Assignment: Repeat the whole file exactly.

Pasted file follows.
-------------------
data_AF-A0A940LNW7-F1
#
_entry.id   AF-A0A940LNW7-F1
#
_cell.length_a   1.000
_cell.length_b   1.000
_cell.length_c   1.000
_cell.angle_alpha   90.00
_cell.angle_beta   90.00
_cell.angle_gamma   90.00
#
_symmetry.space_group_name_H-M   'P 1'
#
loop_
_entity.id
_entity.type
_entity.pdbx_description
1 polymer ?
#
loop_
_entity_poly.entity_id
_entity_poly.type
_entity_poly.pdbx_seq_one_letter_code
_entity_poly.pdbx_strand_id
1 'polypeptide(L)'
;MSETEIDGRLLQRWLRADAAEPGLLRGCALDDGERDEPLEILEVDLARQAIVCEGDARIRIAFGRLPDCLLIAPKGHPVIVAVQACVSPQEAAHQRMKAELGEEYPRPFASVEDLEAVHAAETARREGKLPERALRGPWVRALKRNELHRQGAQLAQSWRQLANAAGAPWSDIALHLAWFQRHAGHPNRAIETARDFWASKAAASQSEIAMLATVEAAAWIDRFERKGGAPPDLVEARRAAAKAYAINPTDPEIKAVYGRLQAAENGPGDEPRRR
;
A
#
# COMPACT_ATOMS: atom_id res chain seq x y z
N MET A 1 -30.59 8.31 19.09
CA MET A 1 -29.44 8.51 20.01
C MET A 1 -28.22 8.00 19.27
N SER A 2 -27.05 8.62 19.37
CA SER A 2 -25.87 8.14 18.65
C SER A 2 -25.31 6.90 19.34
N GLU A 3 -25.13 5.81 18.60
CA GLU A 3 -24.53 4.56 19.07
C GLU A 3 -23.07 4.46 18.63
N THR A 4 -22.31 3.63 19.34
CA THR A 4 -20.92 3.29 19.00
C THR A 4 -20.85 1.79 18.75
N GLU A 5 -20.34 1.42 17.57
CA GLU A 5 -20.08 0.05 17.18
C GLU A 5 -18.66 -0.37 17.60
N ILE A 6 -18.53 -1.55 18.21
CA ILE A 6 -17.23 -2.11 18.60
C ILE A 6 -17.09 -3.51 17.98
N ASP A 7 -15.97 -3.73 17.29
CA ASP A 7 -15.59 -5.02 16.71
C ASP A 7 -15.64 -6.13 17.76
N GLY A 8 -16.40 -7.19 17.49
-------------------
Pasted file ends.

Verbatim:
data_AF-A0A940LNW7-F1
#
_entry.id   AF-A0A940LNW7-F1
#
_cell.length_a   1.000
_cell.length_b   1.000
_cell.length_c   1.000
_cell.angle_alpha   90.00
_cell.angle_beta   90.00
_cell.angle_gamma   90.00
#
_symmetry.space_group_name_H-M   'P 1'
#
loop_
_entity.id
_entity.type
_entity.pdbx_description
1 polymer ?
#
loop_
_entity_poly.entity_id
_entity_poly.type
_entity_poly.pdbx_seq_one_letter_code
_entity_poly.pdbx_strand_id
1 'polypeptide(L)'
;MSETEIDGRLLQRWLRADAAEPGLLRGCALDDGERDEPLEILEVDLARQAIVCEGDARIRIAFGRLPDCLLIAPKGHPVIVAVQACVSPQEAAHQRMKAELGEEYPRPFASVEDLEAVHAAETARREGKLPERALRGPWVRALKRNELHRQGAQLAQSWRQLANAAGAPWSDIALHLAWFQRHAGHPNRAIETARDFWASKAAASQSEIAMLATVEAAAWIDRFERKGGAPPDLVEARRAAAKAYAINPTDPEIKAVYGRLQAAENGPGDEPRRR
;
A
#
# COMPACT_ATOMS: atom_id res chain seq x y z
N MET A 1 -30.59 8.31 19.09
CA MET A 1 -29.44 8.51 20.01
C MET A 1 -28.22 8.00 19.27
N SER A 2 -27.05 8.62 19.37
CA SER A 2 -25.87 8.14 18.65
C SER A 2 -25.31 6.90 19.34
N GLU A 3 -25.13 5.81 18.60
CA GLU A 3 -24.53 4.56 19.07
C GLU A 3 -23.07 4.46 18.63
N THR A 4 -22.31 3.63 19.34
CA THR A 4 -20.92 3.29 19.00
C THR A 4 -20.85 1.79 18.75
N GLU A 5 -20.34 1.42 17.57
CA GLU A 5 -20.08 0.05 17.18
C GLU A 5 -18.66 -0.37 17.60
N ILE A 6 -18.53 -1.55 18.21
CA ILE A 6 -17.23 -2.11 18.60
C ILE A 6 -17.09 -3.51 17.98
N ASP A 7 -15.97 -3.73 17.29
CA ASP A 7 -15.59 -5.02 16.71
C ASP A 7 -15.64 -6.13 17.76
N GLY A 8 -16.40 -7.19 17.49